Eateries looking at different ways to stay afloat


A food delivery employee picking up an order at a shopping mall food court in Bayan Lepas, Penang, as people are not allowed to dine-in at eateries during the movement control order (MCO) 2.0.

BUSINESS operators are bracing for a tough time dealing with the no dine-in policy during the second movement control order (MCO) period.

Beef noodle stall manager Joanne Ang said there were hardly any customers with delivery and takeaway services being the order of the day.

“We just hope things will be better as we have partnered with a host of delivery service providers.

“Most people would order food delivery, just like during the previous MCO last year, ” she said at her stall at a shopping mall food court in Bayan Lepas, Penang, recently.

Ang said she had reduced the number of workers from five to two to keep the business afloat.

“This could help cut cost but definitely not enough to cover our operating expenses.

“We are now thinking of coming up with offers, promotions and set meals to attract customers.

“We need more time to think as the MCO started all of a sudden, ” she added.

From now until Jan 26, eateries in states under MCO are allowed to operate but can only provide takeaway service.

Food delivery services will be allowed while supermarkets, clinics, hospitals, pharmacies and banks in MCO areas can also operate under strict guidelines.

At a Yong Tau Foo stall in the same food court, worker Muhammad Ali Ashadul, 33, said he expected business to be difficult due to the ‘no dine-in’ policy.

“The fact that we only cater for takeaways does not help.

“As it is hard and not practical for a yong tau foo business to do takeaway, we did not partner with any delivery service provider.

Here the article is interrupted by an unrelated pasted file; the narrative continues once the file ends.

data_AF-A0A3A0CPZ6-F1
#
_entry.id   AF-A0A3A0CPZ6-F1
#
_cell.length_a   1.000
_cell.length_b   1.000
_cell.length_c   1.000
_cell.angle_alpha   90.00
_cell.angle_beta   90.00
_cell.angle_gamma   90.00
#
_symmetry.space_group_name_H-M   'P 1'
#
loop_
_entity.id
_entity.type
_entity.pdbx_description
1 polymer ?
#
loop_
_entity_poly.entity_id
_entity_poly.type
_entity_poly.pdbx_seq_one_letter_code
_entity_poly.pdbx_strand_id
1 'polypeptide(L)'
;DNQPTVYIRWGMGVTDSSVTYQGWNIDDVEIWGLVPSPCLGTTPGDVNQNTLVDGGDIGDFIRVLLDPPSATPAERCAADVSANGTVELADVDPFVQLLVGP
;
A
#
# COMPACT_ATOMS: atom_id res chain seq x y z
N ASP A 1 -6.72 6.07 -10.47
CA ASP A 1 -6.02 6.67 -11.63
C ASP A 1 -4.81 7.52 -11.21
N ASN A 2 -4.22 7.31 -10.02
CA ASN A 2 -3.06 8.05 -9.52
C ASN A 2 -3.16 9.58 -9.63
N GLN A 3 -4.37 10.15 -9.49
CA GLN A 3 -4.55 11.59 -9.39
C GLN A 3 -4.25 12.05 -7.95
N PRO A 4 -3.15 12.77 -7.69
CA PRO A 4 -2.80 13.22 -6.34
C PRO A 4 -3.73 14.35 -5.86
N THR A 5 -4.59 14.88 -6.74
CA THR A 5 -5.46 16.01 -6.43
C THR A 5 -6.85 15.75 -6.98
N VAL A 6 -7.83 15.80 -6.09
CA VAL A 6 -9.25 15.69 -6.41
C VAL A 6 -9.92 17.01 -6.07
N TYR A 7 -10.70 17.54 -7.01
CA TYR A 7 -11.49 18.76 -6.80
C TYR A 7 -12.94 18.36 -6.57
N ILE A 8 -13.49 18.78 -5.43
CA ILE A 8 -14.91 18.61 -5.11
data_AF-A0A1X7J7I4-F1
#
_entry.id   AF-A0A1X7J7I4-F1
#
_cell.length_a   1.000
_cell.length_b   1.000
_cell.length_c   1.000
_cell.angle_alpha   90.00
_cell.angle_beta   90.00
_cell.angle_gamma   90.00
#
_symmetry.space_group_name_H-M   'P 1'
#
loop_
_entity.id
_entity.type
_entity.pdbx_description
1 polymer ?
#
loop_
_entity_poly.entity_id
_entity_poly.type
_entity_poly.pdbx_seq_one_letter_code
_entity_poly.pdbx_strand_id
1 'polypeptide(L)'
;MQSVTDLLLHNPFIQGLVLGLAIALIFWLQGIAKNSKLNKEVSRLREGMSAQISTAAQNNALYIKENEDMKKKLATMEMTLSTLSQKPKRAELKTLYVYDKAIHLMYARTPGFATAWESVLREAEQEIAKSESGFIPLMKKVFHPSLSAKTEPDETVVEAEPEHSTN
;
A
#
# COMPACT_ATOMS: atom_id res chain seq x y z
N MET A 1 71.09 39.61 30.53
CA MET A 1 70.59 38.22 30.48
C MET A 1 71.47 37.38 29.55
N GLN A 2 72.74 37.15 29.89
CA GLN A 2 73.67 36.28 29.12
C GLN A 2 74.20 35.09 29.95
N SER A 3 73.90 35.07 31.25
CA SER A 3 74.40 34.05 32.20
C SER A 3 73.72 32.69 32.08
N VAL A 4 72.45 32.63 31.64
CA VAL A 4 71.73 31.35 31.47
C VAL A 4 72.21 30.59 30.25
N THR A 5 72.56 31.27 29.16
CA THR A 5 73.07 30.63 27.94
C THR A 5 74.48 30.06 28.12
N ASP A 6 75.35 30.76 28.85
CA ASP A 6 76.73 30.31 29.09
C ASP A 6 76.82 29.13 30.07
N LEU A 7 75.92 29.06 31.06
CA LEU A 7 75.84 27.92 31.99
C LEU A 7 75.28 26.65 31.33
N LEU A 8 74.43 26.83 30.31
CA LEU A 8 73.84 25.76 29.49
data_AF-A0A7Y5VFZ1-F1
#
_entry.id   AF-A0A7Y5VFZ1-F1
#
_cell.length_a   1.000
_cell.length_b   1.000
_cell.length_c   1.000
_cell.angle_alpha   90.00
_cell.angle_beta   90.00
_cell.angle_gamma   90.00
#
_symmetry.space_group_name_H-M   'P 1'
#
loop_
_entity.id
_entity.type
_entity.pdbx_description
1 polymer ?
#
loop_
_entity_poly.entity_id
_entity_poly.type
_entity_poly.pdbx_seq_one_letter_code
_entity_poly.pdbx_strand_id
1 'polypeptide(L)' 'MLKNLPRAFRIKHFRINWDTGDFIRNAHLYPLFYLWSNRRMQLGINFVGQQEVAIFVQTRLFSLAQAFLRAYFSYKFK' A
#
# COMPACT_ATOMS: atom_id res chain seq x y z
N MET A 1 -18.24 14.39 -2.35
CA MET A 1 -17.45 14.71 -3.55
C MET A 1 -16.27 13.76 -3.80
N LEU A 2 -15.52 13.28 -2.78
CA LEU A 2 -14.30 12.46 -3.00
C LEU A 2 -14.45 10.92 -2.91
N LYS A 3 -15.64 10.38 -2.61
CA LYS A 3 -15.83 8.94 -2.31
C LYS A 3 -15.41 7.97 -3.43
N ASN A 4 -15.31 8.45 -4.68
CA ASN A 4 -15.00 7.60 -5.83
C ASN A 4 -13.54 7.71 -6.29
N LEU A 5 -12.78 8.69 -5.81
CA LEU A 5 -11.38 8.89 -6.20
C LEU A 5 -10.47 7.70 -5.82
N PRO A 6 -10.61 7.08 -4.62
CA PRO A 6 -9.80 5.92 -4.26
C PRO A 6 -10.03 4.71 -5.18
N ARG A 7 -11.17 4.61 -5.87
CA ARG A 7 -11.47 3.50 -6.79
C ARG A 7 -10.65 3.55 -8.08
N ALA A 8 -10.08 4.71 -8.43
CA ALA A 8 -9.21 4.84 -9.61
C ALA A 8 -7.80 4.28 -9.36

“This makes it even harder for us to sustain our business, ” he said.

A chicken rice stall worker, who wanted to be known as Lee, said they had been partnering with delivery service providers and relying solely on that.

“During the MCO, people hardly come out and since many people will be working from home,

fewer people will come and get takeaways themselves.

“As such, it is more practical for us to make use of the delivery services.

“Although it will not earn us a lot, it helps deduct operating expenses, ” he said.

Elsewhere, shops selling cosmetics, clothes, jewelleries, shoes and other non-essential items at the mall were found to be closed.

The Taman Tun Sardon hawker centre, which is usually crowded with customers, looked almost deserted on the first day of the MCO 2.0.

Many were seen leaving quickly after getting their food.

Over at the Taman Tun Sardon market, a fishmonger who declined to be named, said market-goers seem calmer now compared to during the first MCO.

“For safety reasons, we advised customers to perform cashless transactions, ” he said.

Trader Norhan Abdullah, 54, who sells household items there, said business had dropped as the people’s buying power had decreased.

“Although the number of market-goers increased over the past few days, business at my stall has not improved.

“I am worried about the situation as it is getting worse by the day.

“The traders here have employed a worker to make sure that customers adhere strictly to the standard operating procedures, especially during weekends when there is a huge crowd, ” she said.

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